A Historical Perspective on Chicago Area Botany
Doebley, John .
George Beadle's role in the corn domestication story: the Chicago connection.
As a graduate student at Cornell University under R. A. Emerson in the 1930s, George Beadle worked briefly on the genetics and cytology of maize and its wild relative, teosinte. This work convinced Beadle that maize was a domesticated form of teosinte, a wild grass native to Mexico. This was a remarkable conclusion given that maize and teosinte differ radically in their inflorescence architecture, and most botanists at the time considered the morphological differences between maize and teosinte too profound to have evolved under domestication. Beadle's model for maize domestication became known as the "teosinte hypothesis." Between 1940 and 1970, Paul Mangelsdorf of Harvard University proposed an alternative view that maize was not a domesticated form of teosinte but evolved from an extinct form of wild maize. Mangelsdorf's view became the dominate theory in both the popular and scientific literature, and Beadle's "teosinte hypothesis" was largely ignored. Upon retiring in the 1960s from his position as president of the University of Chicago, Beadle returned to his research on maize domestication. Through this work, he led a successful effort to establish the "teosinte hypothesis" as the most widely respected and accepted interpretation of the origin of maize. Since the 1970s, extensive genetic and molecular analyses have shown that Beadle's teosinte hypothesis alone can explain the available data.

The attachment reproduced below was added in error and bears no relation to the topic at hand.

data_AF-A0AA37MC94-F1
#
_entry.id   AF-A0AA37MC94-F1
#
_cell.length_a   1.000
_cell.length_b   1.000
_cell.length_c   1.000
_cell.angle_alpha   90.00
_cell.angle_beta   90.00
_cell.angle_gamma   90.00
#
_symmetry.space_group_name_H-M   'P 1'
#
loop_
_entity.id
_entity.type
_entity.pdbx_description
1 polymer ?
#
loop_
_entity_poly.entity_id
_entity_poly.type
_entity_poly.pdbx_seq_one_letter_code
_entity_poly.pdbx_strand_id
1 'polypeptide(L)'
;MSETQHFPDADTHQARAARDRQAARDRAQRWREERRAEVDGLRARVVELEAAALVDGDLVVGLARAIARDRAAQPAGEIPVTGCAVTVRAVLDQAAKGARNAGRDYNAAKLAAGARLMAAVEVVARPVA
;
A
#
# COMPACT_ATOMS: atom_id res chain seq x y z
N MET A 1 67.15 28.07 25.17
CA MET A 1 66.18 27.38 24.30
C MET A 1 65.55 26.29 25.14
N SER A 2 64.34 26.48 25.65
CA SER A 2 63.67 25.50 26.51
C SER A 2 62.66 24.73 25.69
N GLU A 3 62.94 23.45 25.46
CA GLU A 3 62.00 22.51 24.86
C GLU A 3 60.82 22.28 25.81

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1 - University of Wisconsin, Genetics, 425 Henry Mall, Madison, WI, 53706, USA
Presentation Type: Symposium or Colloquium Presentation
Location: Williford C/Hilton
Date: Tuesday, July 10th, 2007
Time: 10:30 AM